In fact, the pulse modulation is not limited to pulse width modulation, but any kind of pulse modulation can be used, such as Pulse density modulation (PDM), Pulse Position Modulation (PPM), or any other pulse modulation scheme known to the man skilled in the art.
When a COM modulator is comprised in the PMA, the following will apply:
where Vo is the output voltage of the switching stage 7, Vi is the input reference signal to the PMA, Vs is the drive voltage from the power supply, Vmod is the input signal to the comparator 5 and A is the power stage gain.
The voltage Vmod will vary proportional in amplitude with the power stage voltage due to the controlled instability of the COM modulator, and therefore the power stage gain will be retained (A will be constant). A fixed power stage gain will imply infinite PSRR, and a PMA comprising a COM modulator can therefore in theory obtain infinite PSRR. Therefore distortion will not be created on the output of the PMA.
As indicated in
The power supply will supply, the necessary drive voltage Vs to the switching stage 7 in each of the PMA's shown in
where Vo,max is the desired maximum output voltage of the PMA switching power stage equivalent to A·Vi, and Δ is an optional headroom. The value Δ may be time variant, and even negative in the case that the PMA is based on a Boost topology (see below).
The power supply should deliver voltage headroom to the maximum peak output voltage Vo,max of any of the PMA's shown in
When the PMA(s) is/are balanced, and driven by a single varying drive voltage, this voltage can be determined by the following expression:
where vix are the different PMA input references as shown in
A first example of a voltage supply implementation is shown in
The circuit comprises a MOSFET 10, having its gate 11 connected to the pulse modulated input voltage, its source 12 connected to the first side 13 of the output terminal via a coil 14, and its drain 15 connected to one side 16 of the rectified mains 5. The other side 17 of the rectified mains is connected to the second side 18 of the output terminal. To this second output side 18 there is further connected a capacitor 19 to the MOSFET drain 15 and a diode 20 to the MOSFET source 12. Finally, an output capacitor 21 bridges the first and second sides 13, 18 of the output terminal.
The output capacitance of the power supply is preferably sufficiently small that the equivalent load resistance Ra of the amplifier switching stage will be capable of discharging the power supply output capacitance Co so fast that the RaCo time constant allows a low enough negative
However, when a large capacitance 21 is placed on the output of the power supply in
A second example of the voltage supply, more suitable for large output capacitances, is shown in FIG. 4. The topology is fly-back derived, and can comprise a galvanic isolation.
This circuit comprises a MOSFET 25, connected in series with the primary winding 26 of a transformer 27 between the two sides of the rectified mains 5. The modulated input voltage is connected to the gate 28 of the primary side MOSFET 25. A first secondary winding 29 of the transformer 26 is connected in one end 29 a to the gate 30 of a secondary side MOSFET 31. Another secondary winding 38 is connected in one end 38 b to a first side 32 of the output terminal. The second side 33 of the output terminal is connected to the drain 34 of the MOSFET, while the source 35 of the MOSFET is connected to the other ends 29 b, 38 a of the two secondary side windings 29, 38. Again, an output capacitor 36 bridges the first and second sides 32,33 of the output terminal.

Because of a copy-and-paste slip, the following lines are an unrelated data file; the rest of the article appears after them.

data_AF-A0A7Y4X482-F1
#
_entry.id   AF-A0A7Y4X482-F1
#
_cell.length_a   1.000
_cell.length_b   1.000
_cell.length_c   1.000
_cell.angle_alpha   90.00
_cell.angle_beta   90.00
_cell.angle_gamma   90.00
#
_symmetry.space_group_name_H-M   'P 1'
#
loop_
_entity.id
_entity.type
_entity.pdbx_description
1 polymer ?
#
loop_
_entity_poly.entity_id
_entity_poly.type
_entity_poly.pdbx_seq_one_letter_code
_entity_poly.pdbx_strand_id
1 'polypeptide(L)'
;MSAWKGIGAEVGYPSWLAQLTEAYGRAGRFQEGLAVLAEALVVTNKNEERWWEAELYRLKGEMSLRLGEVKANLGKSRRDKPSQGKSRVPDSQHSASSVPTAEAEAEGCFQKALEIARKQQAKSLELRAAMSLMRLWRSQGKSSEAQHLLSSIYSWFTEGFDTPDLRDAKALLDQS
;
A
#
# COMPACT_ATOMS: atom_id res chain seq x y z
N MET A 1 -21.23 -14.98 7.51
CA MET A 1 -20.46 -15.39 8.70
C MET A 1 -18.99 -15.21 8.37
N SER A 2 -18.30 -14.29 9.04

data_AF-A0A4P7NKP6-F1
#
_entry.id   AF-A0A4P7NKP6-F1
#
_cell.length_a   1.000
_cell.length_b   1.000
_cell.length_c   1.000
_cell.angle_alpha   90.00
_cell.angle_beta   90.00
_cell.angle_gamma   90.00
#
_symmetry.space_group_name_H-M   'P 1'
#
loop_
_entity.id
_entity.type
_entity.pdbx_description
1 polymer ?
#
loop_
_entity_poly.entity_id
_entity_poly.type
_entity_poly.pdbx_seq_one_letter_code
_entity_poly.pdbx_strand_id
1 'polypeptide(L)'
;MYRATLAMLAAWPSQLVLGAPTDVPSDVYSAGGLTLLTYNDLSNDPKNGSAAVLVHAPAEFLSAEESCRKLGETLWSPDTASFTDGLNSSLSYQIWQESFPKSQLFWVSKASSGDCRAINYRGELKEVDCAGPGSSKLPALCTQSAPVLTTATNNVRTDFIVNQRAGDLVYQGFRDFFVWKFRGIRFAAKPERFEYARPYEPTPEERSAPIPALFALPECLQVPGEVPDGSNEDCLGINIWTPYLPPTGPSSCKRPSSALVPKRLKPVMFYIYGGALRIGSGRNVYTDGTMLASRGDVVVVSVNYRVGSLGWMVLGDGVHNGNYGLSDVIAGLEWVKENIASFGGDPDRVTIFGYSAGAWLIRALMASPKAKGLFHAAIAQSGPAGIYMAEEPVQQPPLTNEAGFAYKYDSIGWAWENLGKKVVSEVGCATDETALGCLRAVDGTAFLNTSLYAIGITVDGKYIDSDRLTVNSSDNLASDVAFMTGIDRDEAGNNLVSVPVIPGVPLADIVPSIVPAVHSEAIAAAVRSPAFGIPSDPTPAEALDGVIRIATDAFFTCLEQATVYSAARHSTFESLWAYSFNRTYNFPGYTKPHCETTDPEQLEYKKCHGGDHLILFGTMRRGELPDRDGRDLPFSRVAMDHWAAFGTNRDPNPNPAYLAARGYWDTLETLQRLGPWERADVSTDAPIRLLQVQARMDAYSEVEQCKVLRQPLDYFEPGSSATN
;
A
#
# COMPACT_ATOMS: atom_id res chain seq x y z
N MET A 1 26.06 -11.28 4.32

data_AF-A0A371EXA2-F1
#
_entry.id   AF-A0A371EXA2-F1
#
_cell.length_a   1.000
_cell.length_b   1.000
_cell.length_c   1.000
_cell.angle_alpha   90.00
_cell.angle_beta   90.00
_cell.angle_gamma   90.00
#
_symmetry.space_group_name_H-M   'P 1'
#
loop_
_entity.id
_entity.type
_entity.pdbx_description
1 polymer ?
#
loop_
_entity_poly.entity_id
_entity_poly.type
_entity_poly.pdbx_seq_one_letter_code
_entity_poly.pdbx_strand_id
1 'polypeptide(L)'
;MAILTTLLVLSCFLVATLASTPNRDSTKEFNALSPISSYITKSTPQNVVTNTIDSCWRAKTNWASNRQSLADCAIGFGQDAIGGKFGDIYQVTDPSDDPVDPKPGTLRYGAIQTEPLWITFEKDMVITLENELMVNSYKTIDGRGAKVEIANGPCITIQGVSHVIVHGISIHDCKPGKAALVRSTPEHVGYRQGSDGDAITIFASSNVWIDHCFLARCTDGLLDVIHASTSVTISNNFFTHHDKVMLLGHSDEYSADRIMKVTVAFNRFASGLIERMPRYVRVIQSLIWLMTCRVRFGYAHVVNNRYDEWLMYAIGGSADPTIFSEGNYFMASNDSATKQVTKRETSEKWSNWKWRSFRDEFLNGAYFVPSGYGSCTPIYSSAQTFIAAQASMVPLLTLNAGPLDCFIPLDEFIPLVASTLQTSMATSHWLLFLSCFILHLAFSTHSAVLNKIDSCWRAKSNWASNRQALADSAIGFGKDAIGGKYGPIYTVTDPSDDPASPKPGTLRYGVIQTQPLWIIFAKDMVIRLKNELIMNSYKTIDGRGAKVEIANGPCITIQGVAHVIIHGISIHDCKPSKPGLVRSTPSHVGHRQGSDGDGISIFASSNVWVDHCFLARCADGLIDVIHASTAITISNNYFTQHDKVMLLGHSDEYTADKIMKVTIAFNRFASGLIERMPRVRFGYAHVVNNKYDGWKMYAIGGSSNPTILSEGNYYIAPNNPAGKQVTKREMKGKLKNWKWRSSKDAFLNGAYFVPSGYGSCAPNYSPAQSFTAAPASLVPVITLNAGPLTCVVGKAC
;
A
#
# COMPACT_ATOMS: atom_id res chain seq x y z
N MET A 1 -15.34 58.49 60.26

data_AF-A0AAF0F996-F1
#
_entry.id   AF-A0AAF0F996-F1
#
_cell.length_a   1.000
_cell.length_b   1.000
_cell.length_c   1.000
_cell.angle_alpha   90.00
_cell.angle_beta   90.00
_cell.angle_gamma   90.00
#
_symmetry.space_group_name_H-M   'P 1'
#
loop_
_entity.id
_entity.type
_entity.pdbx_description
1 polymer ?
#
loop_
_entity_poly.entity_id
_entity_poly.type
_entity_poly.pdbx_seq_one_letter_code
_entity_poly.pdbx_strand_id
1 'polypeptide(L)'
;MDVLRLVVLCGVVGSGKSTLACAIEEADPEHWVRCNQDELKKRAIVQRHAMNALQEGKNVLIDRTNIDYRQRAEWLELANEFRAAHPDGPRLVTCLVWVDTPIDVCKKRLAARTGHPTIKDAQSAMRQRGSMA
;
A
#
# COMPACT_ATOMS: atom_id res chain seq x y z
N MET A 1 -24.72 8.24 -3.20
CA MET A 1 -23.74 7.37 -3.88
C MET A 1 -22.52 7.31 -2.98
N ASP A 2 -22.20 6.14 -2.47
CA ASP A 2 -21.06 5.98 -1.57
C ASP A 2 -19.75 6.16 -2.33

Further, a control input 37 is connected to the MOSFET gate 30. The MOSFET 31 acts as an active diode when the MOSFET 25 is turned on by pulses induced when the MOSFET 25 is turned on. Furthermore the MOSFET 31 enables the sinking of current from the output terminal 33 during the transformer voltage-reversing period when the MOSFET 25 is turned off.
The voltage supply in
The skilled man realizes that any topology capable of “Bucking” (reducing the converter output voltage with respect to the converter input voltage) can be used. Other topologies like forward, push-pull, CUK, Sephic or any other converter types of the Buck family can be used for “Bucking”.
In the case of low supply voltage PAM system such as some battery driven systems the power supply can be implemented as a Boost topology (not shown). Thereby the output voltage of the PAM system can exceed that of the supply voltage of the voltage supply. Topologies like Boost, Push Pull or any other converter type known to the skilled man capable of “Boosting” can be used as a voltage supply.
When the PMA(s) is/are single ended and driven by a dual drive voltage, this voltage can be determined as:
Examples of dual drive voltages, corresponding to the single drive voltages in
The input signals vi1, vi2 can in principle also be transmitted through the air by any known modulation scheme known to the skilled man. Preferably, the input signals are digital, which will require a digital transmitter and a receiver in the PMA or PMT depending on implementation. Methods from computer networks or ADSL/xDSL communication systems can preferably be utilized, to realize this one wire connection between all channels.
This embodiment of the invention can preferably be used in car applications or multi-channel systems.
It can be seen from
The PMA output signal Vo in
Another preferred embodiment of the invention is shown in
Another preferred embodiment is a PAM modulation technique, where the power supply output voltage is controlled by the PMA peak output voltage, to a fixed voltage level within a defined time window. Thus obtaining a peak detection modulation of the power supply output voltage Vd. The result of such voltage supply control is illustrated in
Yet another preferred embodiment is a PAM modulation technique, where the power supply output voltage is controlled by the PMA peak output voltage (not shown). The power supply voltage will decrease until a peak detection increases the power supply voltage.
The present invention can advantageously be implemented in any given power conversion system such as AC-AC, DC-DC, DC-AC, AC-DC or any combination of the above mentioned, preferably DC-AC high precision audio power conversion systems, where the power stage elements operates in either “on” or “off” state.